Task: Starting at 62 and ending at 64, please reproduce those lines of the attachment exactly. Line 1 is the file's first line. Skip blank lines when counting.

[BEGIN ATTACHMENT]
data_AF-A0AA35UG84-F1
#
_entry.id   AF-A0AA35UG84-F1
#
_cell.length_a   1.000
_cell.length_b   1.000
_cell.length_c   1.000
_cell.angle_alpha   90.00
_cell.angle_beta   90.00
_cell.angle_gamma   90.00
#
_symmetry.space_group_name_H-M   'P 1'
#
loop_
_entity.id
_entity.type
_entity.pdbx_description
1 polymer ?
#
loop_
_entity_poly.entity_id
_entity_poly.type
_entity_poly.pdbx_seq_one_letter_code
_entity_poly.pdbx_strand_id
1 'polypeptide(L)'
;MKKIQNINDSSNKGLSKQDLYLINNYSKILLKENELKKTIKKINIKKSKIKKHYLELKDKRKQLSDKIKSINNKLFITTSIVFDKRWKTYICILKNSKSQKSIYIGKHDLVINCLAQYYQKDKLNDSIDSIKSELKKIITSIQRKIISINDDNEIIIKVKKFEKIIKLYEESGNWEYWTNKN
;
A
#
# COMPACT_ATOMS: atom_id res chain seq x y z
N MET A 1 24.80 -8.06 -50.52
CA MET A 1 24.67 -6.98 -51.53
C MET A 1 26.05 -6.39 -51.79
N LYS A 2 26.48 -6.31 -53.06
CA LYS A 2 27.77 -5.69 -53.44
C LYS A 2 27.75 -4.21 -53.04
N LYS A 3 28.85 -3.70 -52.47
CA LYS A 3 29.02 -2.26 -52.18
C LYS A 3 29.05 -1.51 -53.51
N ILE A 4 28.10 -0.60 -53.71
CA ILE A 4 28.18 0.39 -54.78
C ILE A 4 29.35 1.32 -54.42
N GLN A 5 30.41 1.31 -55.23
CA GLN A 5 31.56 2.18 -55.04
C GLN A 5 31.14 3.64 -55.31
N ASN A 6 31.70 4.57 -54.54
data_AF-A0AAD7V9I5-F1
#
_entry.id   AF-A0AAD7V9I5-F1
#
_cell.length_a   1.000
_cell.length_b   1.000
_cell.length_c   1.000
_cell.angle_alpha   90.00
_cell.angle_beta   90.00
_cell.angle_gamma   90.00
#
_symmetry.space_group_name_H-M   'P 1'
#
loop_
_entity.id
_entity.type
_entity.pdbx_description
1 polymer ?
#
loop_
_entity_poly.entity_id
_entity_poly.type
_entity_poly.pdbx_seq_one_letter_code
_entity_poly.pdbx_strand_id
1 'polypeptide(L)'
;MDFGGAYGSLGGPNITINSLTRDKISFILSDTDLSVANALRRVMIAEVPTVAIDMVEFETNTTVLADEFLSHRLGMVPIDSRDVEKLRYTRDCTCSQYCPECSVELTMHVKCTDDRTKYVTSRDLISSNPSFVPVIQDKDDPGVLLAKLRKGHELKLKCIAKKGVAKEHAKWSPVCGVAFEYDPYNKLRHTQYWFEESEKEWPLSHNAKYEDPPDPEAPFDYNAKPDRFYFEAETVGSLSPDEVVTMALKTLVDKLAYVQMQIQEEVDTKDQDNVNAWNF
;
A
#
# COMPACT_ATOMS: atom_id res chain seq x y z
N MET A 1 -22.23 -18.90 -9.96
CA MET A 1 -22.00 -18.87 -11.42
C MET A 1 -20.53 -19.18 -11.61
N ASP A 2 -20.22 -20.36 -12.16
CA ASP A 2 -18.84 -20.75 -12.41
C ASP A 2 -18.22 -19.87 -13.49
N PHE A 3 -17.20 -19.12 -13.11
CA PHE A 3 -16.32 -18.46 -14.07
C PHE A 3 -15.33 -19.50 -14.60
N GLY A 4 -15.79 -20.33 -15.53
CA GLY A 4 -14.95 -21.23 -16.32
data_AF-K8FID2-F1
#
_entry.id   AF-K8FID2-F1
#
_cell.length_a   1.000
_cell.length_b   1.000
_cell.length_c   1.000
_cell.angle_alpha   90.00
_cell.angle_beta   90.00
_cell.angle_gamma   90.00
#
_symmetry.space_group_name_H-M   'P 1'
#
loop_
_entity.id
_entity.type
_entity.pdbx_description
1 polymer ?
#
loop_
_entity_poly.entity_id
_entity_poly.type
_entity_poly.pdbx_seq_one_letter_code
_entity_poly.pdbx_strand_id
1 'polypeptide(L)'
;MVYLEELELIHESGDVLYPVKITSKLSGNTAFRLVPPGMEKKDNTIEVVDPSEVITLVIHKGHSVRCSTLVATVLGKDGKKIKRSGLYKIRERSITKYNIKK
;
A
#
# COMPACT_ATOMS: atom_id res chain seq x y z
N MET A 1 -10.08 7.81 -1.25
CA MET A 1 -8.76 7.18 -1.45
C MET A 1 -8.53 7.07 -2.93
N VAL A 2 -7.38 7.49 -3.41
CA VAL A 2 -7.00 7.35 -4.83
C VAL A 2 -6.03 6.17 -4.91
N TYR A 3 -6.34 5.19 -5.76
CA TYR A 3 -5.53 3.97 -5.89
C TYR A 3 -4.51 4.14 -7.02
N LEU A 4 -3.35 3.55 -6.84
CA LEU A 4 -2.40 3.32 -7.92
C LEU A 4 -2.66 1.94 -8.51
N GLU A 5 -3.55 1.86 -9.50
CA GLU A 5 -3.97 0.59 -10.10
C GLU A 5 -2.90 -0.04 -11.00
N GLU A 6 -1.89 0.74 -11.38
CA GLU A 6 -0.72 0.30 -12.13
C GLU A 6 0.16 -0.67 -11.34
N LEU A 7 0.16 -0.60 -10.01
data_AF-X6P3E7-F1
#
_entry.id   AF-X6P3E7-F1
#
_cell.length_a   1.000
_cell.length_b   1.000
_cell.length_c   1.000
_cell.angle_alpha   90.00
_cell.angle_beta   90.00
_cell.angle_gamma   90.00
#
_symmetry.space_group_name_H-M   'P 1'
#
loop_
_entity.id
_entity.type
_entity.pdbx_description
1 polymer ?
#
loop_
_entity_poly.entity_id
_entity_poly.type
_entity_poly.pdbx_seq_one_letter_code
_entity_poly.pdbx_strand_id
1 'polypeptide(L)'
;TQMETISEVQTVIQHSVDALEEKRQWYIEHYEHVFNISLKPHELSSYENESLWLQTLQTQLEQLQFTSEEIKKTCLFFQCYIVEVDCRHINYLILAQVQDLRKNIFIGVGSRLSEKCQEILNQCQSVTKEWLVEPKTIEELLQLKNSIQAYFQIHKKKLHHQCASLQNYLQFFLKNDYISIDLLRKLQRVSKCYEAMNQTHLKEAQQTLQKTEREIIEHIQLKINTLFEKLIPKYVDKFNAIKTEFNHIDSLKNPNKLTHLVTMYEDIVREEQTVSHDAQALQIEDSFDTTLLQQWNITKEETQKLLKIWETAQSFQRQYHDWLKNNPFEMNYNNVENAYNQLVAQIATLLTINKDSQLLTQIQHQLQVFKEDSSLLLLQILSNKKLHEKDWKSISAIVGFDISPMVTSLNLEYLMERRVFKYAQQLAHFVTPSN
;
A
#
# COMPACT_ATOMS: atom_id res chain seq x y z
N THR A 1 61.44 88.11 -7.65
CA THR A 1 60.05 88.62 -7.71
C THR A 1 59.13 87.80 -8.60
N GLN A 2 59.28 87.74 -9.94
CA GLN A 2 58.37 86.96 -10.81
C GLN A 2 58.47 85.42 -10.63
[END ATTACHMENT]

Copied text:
_entity.type
_entity.pdbx_description
1 polymer ?